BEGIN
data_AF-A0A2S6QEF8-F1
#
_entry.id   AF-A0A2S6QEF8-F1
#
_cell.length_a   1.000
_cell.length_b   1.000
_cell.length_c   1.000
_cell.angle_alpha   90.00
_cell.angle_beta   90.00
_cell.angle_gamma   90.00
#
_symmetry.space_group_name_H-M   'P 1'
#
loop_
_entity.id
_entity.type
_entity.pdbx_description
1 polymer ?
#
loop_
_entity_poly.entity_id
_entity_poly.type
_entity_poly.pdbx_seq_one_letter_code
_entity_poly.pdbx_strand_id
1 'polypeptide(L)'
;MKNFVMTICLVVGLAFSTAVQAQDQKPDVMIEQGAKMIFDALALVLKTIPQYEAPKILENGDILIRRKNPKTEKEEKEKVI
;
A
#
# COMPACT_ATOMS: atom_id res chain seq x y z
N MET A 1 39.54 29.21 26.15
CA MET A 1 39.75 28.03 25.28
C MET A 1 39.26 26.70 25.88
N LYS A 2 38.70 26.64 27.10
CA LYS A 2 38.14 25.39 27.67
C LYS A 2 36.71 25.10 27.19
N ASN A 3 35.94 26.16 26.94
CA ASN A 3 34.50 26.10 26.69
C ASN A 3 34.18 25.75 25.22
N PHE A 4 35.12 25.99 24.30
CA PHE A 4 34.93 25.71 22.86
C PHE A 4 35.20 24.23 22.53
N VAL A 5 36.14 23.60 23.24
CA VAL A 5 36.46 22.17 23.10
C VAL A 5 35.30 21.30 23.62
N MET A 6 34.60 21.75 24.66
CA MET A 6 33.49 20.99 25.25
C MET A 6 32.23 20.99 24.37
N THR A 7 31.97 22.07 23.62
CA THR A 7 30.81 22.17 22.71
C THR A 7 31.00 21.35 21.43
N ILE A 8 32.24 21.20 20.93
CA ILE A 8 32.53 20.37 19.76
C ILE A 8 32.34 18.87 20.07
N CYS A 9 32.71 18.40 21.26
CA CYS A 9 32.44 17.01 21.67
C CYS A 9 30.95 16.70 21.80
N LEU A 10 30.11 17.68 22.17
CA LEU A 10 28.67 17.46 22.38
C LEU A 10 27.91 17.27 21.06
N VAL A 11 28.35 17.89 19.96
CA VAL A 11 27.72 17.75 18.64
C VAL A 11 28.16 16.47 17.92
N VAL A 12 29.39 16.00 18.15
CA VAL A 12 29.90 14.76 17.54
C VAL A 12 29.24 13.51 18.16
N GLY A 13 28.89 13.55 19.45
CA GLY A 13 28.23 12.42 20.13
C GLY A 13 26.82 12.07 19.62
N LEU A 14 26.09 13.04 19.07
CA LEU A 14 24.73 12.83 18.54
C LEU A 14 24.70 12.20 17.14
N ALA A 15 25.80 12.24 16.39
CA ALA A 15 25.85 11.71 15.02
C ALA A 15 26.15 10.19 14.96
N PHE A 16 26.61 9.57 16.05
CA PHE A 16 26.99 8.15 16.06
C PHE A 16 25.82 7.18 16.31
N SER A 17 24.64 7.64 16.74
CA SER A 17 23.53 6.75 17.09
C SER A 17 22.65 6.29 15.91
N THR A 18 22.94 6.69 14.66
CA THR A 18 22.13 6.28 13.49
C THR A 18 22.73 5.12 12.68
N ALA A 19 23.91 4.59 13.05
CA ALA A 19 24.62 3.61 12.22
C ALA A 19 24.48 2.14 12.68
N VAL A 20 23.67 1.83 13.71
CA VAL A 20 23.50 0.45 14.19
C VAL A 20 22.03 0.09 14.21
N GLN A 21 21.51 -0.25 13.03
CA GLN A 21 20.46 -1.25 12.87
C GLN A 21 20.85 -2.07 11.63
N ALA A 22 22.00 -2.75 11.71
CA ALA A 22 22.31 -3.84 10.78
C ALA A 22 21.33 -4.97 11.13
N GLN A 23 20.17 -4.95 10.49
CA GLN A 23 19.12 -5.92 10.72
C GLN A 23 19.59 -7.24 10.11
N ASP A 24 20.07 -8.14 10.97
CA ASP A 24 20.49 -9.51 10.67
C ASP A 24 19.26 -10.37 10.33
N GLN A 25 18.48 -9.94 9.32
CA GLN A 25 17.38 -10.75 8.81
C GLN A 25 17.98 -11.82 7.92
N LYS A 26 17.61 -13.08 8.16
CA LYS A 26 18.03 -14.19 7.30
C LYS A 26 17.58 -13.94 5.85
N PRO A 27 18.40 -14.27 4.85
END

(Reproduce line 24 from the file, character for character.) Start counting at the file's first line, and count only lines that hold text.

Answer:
_entity_poly.pdbx_strand_id